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(Yonhap Interview) China to greet S. Korea's delegation to Beijing Olympics: envoy

All News 08:00 January 05, 2022

By Kim Eun-jung

SEOUL, Jan. 5 (Yonhap) -- China looks forward to welcoming South Korea's official delegation to the upcoming Beijing Olympics and making it a grand event together, Beijing's top envoy here said, as keen attention is being paid to whether Seoul will send government delegates to its opening ceremony slated for early February.

Amb. Xing Haiming appreciated Seoul's consistent support for the global event as the host of the 2018 PyeongChang Winter Olympics and a sports powerhouse, despite diplomatic boycotts by the United States and some like-minded countries over China's controversial human rights record.

"China would welcome South Korea's delegation to the opening ceremony of the Winter Olympics to make it a grand Olympic event together," Xing said during an interview with Yonhap News Agency at his office in Seoul on Tuesday, a month ahead of the opening of the games.

Xing Haiming, Chinese ambassador to South Korea, speaks during an interview with Yonhap News Agency at the Chinese embassy in Seoul on Jan. 4, 2022, alongside official mascots of the Beijing Winter Olympics scheduled to open Feb. 4. (Yonhap)

Xing Haiming, Chinese ambassador to South Korea, speaks during an interview with Yonhap News Agency at the Chinese embassy in Seoul on Jan. 4, 2022, alongside official mascots of the Beijing Winter Olympics scheduled to open Feb. 4. (Yonhap)

While South Korea has not yet announced whether to dispatch a delegation to the ceremony, the veteran diplomat noted "China will welcome whoever comes from the government." The matter of heads of state and other international dignitaries attending it is handled by their own national Olympic committees.

He reaffirmed Beijing's commitment to continuing efforts to help promote regional peace amid dimmed hopes of a breakthrough from the upcoming Olympics following Washington's decision to boycott it diplomatically.

"China will continue to play an active role in (helping) improve inter-Korean relations and promoting peace and stability on the Korean Peninsula," he said.

Xing said China will closely communicate with South Korea for "various types of exchanges" between their leaders under the coronavirus situation. He avoided going into details. Observers say President Moon Jae-in and his Chinese counterpart, Xi Jinping, may hold a virtual summit in the run-up to the Olympics.

Moon visited China in 2017 and 2019, but Xi's agreed-upon reciprocal trip has been postponed due to the pandemic.

The ambassador reiterated Beijing's support for Seoul's push for the declaration of a formal end to the 1950-53 Korean War. He called on relevant countries to begin talks on details.

"As an important nation for the Korean Peninsula and one of the signatories of the armistice agreement, China will play a critical role by participating in the whole process of shifting toward a peace regime," he said.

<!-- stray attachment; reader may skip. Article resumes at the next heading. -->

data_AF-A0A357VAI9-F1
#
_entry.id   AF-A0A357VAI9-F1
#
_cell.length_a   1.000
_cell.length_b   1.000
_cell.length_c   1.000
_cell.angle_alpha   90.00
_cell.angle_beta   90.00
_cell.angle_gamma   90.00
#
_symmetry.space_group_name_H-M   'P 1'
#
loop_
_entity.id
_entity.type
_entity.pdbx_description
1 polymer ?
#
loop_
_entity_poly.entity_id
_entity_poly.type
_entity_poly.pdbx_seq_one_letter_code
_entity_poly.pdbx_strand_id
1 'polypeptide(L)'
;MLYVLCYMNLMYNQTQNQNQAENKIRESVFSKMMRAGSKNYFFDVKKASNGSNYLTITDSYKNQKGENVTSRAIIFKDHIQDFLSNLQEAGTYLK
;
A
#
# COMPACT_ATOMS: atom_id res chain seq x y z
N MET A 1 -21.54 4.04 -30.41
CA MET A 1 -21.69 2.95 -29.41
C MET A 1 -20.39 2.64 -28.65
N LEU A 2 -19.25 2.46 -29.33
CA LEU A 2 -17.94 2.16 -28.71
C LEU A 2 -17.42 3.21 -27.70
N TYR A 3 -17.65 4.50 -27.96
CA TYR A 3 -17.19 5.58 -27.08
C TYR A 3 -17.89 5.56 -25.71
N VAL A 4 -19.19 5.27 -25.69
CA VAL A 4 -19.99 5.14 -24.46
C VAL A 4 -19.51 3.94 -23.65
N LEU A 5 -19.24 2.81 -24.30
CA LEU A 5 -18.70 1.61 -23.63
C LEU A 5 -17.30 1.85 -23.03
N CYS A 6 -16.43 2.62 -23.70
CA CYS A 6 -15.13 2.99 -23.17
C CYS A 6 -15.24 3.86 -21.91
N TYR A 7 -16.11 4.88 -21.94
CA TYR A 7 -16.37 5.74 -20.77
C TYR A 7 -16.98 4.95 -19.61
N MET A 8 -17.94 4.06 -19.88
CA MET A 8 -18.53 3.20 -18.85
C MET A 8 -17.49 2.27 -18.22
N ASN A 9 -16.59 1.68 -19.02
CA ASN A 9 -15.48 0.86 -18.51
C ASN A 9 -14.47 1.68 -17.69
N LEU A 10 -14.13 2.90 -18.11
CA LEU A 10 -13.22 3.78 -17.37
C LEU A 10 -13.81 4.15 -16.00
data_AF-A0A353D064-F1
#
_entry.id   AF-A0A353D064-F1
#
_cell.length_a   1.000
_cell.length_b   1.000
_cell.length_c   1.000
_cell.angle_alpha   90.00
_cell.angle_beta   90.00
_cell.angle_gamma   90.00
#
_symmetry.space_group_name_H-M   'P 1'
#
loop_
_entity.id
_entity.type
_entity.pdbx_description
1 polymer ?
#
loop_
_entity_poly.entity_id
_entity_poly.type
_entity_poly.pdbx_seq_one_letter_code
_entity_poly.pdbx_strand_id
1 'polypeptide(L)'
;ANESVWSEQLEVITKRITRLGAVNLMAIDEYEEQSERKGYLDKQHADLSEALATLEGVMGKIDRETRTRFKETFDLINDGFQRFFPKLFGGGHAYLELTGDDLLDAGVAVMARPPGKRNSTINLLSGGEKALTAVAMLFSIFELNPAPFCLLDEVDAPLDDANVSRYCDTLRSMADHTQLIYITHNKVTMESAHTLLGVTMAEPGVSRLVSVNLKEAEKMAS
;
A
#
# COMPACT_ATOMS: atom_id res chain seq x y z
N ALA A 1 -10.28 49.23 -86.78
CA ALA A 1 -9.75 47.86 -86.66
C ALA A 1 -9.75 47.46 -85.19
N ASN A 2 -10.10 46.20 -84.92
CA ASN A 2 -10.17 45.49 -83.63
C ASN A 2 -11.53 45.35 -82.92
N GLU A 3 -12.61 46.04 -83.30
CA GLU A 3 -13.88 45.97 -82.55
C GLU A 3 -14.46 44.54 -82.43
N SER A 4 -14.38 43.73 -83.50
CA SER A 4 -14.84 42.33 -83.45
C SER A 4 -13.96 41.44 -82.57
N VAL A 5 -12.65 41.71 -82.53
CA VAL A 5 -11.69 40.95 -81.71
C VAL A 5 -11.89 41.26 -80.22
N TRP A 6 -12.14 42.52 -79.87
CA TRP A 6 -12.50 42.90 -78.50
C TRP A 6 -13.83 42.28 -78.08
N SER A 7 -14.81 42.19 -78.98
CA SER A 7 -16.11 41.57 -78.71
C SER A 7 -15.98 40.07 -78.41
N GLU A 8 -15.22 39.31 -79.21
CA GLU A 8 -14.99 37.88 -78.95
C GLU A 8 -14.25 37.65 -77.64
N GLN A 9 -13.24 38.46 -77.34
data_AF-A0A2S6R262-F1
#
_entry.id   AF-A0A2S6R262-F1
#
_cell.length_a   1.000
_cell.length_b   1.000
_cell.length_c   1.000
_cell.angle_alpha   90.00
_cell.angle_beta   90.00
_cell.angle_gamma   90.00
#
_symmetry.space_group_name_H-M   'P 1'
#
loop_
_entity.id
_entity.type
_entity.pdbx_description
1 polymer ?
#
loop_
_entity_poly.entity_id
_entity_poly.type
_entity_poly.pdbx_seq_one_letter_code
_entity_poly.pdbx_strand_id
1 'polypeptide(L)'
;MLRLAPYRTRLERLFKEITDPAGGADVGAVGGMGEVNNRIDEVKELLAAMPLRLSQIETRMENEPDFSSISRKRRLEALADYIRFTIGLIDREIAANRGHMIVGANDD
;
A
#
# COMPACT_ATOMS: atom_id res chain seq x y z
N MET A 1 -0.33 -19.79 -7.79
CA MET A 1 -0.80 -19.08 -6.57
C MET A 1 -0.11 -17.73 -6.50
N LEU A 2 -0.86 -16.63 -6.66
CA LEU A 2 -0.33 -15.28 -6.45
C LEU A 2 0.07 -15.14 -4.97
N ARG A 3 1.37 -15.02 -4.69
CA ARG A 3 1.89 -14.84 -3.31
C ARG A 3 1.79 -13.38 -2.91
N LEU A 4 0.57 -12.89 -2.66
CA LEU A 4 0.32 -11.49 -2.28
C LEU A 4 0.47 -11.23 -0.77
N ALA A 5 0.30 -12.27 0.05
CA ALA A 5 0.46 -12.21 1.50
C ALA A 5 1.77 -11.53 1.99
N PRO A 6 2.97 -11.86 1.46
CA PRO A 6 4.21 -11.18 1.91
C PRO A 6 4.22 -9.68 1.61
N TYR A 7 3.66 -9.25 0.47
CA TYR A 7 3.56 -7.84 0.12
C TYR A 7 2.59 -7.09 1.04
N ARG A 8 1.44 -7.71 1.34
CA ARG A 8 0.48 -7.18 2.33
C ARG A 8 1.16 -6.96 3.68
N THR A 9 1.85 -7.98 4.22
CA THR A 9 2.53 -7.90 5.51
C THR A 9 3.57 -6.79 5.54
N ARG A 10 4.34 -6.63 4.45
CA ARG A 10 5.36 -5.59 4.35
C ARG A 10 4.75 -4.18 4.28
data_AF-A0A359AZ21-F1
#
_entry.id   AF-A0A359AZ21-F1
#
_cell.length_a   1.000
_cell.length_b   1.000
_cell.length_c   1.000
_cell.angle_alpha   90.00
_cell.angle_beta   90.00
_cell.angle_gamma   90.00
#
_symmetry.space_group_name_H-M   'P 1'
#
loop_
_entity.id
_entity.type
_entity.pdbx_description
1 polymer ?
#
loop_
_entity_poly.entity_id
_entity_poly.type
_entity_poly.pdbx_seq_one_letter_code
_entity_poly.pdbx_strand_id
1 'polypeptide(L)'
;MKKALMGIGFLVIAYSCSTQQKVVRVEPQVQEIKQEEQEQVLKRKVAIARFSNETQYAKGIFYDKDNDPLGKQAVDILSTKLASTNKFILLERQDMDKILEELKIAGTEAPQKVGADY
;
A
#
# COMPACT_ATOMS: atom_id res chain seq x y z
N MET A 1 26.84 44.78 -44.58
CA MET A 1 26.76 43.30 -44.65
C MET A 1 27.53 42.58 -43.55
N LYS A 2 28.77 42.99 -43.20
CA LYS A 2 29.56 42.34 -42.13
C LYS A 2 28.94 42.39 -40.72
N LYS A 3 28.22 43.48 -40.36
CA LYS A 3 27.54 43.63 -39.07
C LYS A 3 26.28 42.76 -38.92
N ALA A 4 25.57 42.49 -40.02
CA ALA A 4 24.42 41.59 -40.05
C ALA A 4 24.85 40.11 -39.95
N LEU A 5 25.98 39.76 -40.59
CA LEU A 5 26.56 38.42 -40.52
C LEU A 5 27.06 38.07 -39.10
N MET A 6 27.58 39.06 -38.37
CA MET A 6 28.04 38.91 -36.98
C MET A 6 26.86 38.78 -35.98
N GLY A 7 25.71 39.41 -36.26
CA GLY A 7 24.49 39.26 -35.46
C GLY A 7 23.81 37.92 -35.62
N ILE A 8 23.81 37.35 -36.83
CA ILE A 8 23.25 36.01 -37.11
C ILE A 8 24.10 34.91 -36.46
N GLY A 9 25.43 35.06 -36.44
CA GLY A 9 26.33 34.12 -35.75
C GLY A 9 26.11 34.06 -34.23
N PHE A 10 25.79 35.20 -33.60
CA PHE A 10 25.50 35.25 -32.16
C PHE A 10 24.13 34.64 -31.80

During the war, the U.S. fought alongside South Korea to fend off an invasion by North Korea, which was backed by China. The conflict ended in an armistice, not a peace treaty.

Seoul and Washington have made considerable progress over the draft of the declaration, but Pyongyang has been unresponsive to their overtures for dialogue. The Moon administration is running out of time, as his five-year term is slated to end in May.

Regarding the China-U.S. rivalry, Xing expressed hope Seoul will maintain close economic ties with Beijing and take a "right" position, especially over the sensitive issue of Taiwan, which it regards as part of its territory.

He emphasized the "One China" policy is a "prerequisite" for maintaining the bilateral diplomatic relations established 30 years ago and warned of a "stern response" to any attempts to interfere with its "internal matters."

"We hope the South Korean government won't forget its original intention of forging diplomatic relations (with China), and wish and believe it will hold a right position regarding the Taiwan issue," he said.

Beijing officials have expressed concerns after the Taiwan Strait was mentioned in joint statements following a South Korea-U.S. summit in May and the bilateral defense ministers' meeting last month amid escalating tension in the hotspot.

Xing also lashed out at what he called the U.S.' bid to "decouple" from China and alienate it from the global supply chain, saying it goes against the "market principle" and disrupts the global supply chain.

The envoy said Seoul and Beijing should continue to cooperate in advanced technology sectors, such as semiconductors, for mutual benefits, given their tightly interconnected industrial structure and supply chain.

"Together with South Korea, China wants to protect multilateralism and free trade, and pursue a win-win partnership," he added.


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